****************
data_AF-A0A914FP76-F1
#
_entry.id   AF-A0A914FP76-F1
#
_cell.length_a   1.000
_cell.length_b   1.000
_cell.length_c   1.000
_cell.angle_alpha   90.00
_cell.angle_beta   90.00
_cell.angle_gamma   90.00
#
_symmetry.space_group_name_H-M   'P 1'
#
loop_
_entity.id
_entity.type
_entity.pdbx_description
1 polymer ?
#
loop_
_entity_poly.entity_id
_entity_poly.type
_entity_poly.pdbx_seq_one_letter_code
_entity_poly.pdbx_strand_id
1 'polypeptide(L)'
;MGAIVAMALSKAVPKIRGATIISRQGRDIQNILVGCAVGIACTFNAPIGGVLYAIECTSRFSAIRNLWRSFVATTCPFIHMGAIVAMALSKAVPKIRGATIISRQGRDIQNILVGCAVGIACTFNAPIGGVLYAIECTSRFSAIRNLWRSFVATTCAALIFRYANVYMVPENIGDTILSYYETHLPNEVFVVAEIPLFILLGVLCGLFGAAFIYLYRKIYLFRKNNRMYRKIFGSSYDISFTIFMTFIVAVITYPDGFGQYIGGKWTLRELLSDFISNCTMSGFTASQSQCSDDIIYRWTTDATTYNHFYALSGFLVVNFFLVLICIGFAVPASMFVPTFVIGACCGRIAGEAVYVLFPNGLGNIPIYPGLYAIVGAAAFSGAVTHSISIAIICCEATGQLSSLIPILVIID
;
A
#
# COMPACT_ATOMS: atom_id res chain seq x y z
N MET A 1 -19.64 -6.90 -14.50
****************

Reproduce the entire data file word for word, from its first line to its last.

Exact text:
data_AF-A0A914FP76-F1
#
_entry.id   AF-A0A914FP76-F1
#
_cell.length_a   1.000
_cell.length_b   1.000
_cell.length_c   1.000
_cell.angle_alpha   90.00
_cell.angle_beta   90.00
_cell.angle_gamma   90.00
#
_symmetry.space_group_name_H-M   'P 1'
#
loop_
_entity.id
_entity.type
_entity.pdbx_description
1 polymer ?
#
loop_
_entity_poly.entity_id
_entity_poly.type
_entity_poly.pdbx_seq_one_letter_code
_entity_poly.pdbx_strand_id
1 'polypeptide(L)'
;MGAIVAMALSKAVPKIRGATIISRQGRDIQNILVGCAVGIACTFNAPIGGVLYAIECTSRFSAIRNLWRSFVATTCPFIHMGAIVAMALSKAVPKIRGATIISRQGRDIQNILVGCAVGIACTFNAPIGGVLYAIECTSRFSAIRNLWRSFVATTCAALIFRYANVYMVPENIGDTILSYYETHLPNEVFVVAEIPLFILLGVLCGLFGAAFIYLYRKIYLFRKNNRMYRKIFGSSYDISFTIFMTFIVAVITYPDGFGQYIGGKWTLRELLSDFISNCTMSGFTASQSQCSDDIIYRWTTDATTYNHFYALSGFLVVNFFLVLICIGFAVPASMFVPTFVIGACCGRIAGEAVYVLFPNGLGNIPIYPGLYAIVGAAAFSGAVTHSISIAIICCEATGQLSSLIPILVIID
;
A
#
# COMPACT_ATOMS: atom_id res chain seq x y z
N MET A 1 -19.64 -6.90 -14.50